Blast beats appeared in commercially successful metal music, beginning with Fear Factory's album Demanufacture and Slipknot's album Iowa. A blast beat is traditionally played as an alternating single-stroke roll broken up between the kick drum and the snare drum. Blast beats are counted in 16th notes. In a modern musical context blast beats are regarded as such when played at a minimum of above 90 beats per minute 32nd notes, or 180 bpm 16th notes. Early blast beats were quite slow and less precise compared to today's standards. Nowadays, a blast beat is played from 180 bpm 16th notes up to such high tempos as in the range of 250-280 bpm 16th notes. There is the "gravity blast", not to be confused with the one-handed gravity roll; this technique uses the rim of the snare drum as a fulcrum, allowing two snare hits with one downward motion. Typical blast beats consist of 8th-note patterns between both the bass and snare drum alternately, with the hi-hat or the ride synced. Variations exist such as displacing hi-hat/ride and bass drum hits and/or using other cymbals such as splashes, crashes and tambourines for accenting, for example when using odd time or playing progressively.

While playing 8th or 8th note triplets some drummers choose to play in sync with one foot while others split the 8th notes between both feet. In blast beats in general, the notes on the kick drum can be played either with one foot only or by alternating both feet, referred to as a "two-foot" or "economy" blast; as blast beats have evolved, different types and interpretations have emerged. There are four main variations of the blast beat: the traditional blast, the bomb blast, the hammer blast and the freehand blast; the traditional blast beat kick drum. The ride hand is playing in unison with the kick drum; the traditional blast beat is structurally similar to the skank beat, which can be regarded as a predecessor and a half time variation of the traditional blast beat. The skank beat thrash metal scene as a drum beat for extreme music; the skank beat is similar to the blast beat as it alternates between the kick and the snare, with the diffe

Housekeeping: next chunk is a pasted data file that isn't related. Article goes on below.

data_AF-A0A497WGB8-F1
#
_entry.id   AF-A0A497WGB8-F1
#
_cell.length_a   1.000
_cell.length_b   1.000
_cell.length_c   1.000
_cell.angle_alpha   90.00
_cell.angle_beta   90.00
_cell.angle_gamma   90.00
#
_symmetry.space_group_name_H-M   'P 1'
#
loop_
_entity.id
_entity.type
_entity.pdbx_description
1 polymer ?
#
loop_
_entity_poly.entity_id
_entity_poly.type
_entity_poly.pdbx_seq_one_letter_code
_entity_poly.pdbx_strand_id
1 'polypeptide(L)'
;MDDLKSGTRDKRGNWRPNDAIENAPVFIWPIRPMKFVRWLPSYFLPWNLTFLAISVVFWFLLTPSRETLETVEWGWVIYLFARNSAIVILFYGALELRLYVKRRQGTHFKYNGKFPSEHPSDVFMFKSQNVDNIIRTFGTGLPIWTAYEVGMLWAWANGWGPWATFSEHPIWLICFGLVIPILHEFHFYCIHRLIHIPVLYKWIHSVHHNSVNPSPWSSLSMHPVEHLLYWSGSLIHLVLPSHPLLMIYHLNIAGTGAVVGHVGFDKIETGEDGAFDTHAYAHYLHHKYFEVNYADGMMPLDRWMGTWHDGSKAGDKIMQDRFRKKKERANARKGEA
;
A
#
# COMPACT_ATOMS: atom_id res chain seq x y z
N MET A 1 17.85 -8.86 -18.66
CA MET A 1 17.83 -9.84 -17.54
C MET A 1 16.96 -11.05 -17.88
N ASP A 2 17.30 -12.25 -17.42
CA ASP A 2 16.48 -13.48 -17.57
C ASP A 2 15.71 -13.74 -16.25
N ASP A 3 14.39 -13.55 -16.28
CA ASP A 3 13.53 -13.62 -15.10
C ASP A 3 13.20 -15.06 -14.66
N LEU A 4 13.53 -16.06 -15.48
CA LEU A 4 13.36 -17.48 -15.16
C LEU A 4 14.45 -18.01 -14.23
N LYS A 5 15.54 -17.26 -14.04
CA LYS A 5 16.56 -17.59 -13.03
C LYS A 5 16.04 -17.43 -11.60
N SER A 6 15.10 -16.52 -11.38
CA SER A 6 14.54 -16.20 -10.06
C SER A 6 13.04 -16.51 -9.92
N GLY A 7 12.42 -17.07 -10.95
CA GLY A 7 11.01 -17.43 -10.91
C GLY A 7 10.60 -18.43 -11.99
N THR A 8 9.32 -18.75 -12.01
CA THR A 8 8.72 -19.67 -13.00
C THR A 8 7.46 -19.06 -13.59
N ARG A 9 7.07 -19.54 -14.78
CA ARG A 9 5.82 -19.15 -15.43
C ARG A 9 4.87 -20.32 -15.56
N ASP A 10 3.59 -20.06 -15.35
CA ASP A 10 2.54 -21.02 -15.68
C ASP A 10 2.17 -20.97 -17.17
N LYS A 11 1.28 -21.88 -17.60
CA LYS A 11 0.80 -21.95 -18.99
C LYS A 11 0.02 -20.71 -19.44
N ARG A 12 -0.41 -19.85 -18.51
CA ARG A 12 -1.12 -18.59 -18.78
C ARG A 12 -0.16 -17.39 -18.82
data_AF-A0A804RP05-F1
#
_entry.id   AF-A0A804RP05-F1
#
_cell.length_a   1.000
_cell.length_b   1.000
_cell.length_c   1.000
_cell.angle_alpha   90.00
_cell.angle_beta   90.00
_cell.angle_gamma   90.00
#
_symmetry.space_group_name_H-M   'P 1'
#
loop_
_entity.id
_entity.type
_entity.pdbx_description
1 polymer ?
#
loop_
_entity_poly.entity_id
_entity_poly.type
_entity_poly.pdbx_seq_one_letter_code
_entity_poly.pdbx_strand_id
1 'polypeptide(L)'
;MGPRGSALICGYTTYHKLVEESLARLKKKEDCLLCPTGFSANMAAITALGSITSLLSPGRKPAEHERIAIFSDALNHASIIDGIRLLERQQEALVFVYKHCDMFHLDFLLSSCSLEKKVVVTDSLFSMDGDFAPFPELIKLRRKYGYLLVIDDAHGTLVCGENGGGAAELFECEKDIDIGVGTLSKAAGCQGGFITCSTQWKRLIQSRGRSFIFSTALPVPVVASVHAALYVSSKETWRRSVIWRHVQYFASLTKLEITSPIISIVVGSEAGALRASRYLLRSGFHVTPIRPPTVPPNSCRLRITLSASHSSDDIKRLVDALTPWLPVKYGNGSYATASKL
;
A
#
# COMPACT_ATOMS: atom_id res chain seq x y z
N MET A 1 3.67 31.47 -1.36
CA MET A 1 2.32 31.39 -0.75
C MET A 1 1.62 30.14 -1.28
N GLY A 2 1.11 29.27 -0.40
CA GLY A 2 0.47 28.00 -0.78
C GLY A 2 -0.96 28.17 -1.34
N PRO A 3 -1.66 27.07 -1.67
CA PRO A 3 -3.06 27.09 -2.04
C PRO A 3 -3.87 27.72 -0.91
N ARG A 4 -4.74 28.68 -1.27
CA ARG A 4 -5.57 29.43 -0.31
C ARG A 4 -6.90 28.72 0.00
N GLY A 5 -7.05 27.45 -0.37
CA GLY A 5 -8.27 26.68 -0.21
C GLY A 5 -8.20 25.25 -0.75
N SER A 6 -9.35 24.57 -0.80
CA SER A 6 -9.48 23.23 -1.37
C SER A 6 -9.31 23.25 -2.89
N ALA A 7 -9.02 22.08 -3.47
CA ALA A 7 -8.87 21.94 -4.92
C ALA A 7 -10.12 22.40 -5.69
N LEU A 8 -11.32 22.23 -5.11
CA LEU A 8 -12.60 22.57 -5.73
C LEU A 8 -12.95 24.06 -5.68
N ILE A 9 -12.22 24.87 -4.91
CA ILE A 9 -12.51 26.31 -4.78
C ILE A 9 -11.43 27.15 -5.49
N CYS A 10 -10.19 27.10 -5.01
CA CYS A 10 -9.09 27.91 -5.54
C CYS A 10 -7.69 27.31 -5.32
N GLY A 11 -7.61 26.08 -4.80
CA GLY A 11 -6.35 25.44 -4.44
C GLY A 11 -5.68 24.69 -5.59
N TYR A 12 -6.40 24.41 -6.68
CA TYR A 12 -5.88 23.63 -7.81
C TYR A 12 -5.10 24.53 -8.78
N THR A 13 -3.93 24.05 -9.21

Frescography

Frescography is a method for producing murals digitally on paper, glass or tiles, invented in 1998 by German muralist Rainer Maria Latzke. Frescography uses CAM and digital printing methods to create murals; the frescography is based on a similar technique as the woodblock printing method of the French Papier Peints wallpapers, used by manufacturers like Zuber et cie or Joseph Dufour et Cie, who began developing the procedure during the end of the 18th century. These wallpaper manufacturers used thousands of engraved woodblocks for the creation of the panorama sceneries, to create wall paper such as the 20-panel Sauvages de la Mer du Pacifique which Jean-Gabriel Charvet designed for Joseph Dufour et Cie or the “du Vue de l'Amérique Nord” designed in 1834 by Zuber et cie for the Diplomatic Reception Room of the White House, where it is still today. Unlike woodblock printing, the frescography is based on digitally cut-out motifs which are stored in a database. To avoid having to work with high-resolution files on software such as Photoshop, new CAM software programs like the Dreamworlds Design Studio allow the composition of mural designs by working with preview files which are converted to the original resolution.